By Bill Oakey – June 2, 2014

If you often feel like a pawn in somebody else’s chess game, you are not alone.

The Players are looking down at Us from their perches on the upper floors of the tall towers. Those towers are all over the country, and even in some places overseas.  They can see us on their super-HD computer screens.  I’m not talking about literally seeing us through the cameras on our computers.  I’m talking about the figurative representations of us.

They are the kings and the queens, the rooks and the knights.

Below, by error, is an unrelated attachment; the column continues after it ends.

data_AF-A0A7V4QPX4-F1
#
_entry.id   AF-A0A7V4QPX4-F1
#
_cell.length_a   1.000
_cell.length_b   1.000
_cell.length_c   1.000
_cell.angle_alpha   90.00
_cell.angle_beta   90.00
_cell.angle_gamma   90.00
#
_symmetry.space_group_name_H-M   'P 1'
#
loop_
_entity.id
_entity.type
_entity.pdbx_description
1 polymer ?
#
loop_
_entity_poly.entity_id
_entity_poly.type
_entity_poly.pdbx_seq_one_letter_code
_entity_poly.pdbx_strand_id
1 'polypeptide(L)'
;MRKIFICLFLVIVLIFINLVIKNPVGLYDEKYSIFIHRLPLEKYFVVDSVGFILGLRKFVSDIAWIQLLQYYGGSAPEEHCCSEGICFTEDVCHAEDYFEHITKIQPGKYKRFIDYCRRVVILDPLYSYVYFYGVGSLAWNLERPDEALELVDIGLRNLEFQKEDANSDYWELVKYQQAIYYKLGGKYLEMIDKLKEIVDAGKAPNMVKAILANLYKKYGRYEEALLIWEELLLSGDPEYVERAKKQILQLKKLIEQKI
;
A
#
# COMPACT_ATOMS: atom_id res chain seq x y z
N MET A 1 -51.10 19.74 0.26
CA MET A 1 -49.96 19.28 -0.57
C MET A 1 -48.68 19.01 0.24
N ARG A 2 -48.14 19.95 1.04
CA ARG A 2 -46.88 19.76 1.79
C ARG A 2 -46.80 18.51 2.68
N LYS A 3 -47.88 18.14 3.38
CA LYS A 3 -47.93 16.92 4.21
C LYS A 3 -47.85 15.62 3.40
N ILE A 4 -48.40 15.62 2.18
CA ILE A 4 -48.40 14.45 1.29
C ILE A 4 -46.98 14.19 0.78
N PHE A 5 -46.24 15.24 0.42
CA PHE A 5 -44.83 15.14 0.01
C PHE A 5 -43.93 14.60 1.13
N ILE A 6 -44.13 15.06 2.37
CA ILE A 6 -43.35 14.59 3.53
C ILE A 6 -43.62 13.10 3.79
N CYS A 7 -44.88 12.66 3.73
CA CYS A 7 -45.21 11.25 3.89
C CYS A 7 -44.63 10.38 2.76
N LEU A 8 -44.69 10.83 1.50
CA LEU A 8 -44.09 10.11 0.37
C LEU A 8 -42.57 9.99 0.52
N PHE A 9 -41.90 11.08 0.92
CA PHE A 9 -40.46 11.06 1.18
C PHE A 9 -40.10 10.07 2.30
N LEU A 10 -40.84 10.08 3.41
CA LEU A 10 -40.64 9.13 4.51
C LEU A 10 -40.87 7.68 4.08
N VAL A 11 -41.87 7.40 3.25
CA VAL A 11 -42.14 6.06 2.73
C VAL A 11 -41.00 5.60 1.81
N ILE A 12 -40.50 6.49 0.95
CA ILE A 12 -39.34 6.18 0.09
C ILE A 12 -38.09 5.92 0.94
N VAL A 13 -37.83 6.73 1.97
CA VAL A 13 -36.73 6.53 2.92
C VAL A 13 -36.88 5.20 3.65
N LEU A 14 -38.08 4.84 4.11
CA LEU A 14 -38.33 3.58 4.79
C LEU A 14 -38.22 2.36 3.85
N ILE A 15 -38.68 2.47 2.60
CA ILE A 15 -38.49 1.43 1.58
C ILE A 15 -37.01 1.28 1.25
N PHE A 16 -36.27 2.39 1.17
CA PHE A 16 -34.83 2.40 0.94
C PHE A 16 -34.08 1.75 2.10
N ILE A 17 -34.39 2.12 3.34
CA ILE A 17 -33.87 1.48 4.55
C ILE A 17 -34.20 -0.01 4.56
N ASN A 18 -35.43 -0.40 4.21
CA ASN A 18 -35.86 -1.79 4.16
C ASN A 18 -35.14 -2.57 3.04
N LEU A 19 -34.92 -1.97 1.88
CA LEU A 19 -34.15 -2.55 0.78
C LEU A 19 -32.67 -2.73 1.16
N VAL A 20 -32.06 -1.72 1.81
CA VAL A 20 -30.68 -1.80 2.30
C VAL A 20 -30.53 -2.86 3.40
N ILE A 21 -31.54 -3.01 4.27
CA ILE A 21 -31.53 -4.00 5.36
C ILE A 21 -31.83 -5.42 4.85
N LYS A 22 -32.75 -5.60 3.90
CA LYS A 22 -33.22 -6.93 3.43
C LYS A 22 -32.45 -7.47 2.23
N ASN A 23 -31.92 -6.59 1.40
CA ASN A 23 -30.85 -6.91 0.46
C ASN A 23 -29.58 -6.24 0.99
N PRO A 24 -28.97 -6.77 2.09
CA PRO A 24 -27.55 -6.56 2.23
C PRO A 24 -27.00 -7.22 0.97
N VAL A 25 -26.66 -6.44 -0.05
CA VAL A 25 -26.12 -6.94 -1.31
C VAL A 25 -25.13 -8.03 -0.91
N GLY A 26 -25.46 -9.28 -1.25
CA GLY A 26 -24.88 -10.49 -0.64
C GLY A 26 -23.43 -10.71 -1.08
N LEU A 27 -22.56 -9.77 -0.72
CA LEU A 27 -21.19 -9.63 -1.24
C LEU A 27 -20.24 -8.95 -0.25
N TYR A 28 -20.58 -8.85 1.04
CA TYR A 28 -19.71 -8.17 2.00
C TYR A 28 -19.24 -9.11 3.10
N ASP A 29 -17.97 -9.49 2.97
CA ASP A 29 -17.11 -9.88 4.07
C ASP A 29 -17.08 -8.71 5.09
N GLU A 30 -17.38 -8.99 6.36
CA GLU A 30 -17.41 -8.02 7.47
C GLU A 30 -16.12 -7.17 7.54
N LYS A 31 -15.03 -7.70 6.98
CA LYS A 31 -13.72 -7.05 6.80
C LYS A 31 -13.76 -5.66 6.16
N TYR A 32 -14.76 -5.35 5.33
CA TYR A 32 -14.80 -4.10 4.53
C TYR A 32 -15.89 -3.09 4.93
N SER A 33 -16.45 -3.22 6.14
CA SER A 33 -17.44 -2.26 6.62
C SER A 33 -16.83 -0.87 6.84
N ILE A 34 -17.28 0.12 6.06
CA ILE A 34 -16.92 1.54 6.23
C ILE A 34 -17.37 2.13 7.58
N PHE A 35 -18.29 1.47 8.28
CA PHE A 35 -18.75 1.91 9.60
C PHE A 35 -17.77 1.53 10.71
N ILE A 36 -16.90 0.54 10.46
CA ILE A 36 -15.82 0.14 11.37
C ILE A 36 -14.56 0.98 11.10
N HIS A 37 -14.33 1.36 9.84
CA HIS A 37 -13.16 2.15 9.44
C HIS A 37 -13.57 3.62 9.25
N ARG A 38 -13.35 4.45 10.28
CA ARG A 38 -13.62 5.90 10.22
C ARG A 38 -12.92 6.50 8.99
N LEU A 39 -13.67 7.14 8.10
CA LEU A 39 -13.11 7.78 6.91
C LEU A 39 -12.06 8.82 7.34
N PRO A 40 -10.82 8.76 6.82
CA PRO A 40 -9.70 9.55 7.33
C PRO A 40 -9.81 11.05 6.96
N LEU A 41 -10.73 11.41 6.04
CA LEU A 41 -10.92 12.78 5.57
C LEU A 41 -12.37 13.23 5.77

We are the pawns.

The City of Austin is just one ledger on one page in their impressive portfolios.  Of course, there are more of these viewing stations in downtown Austin than there are in New York, California , and Dubai.  But the objective is the same.  Move the pieces on the chess board around.  And try to outwit the opponents.  Try to make as much money as they can as fast as they can.  If only those gosh darned pawns didn’t get in the way sometimes!  They could make even more money.

We are the little dots seen slogging through the crowded streets, trying to get to work, to the grocery store, or perhaps over to Barton Springs, if only we could find a parking place.  And then slogging back home again to get some rest.  Before getting into the game all over again the next morning.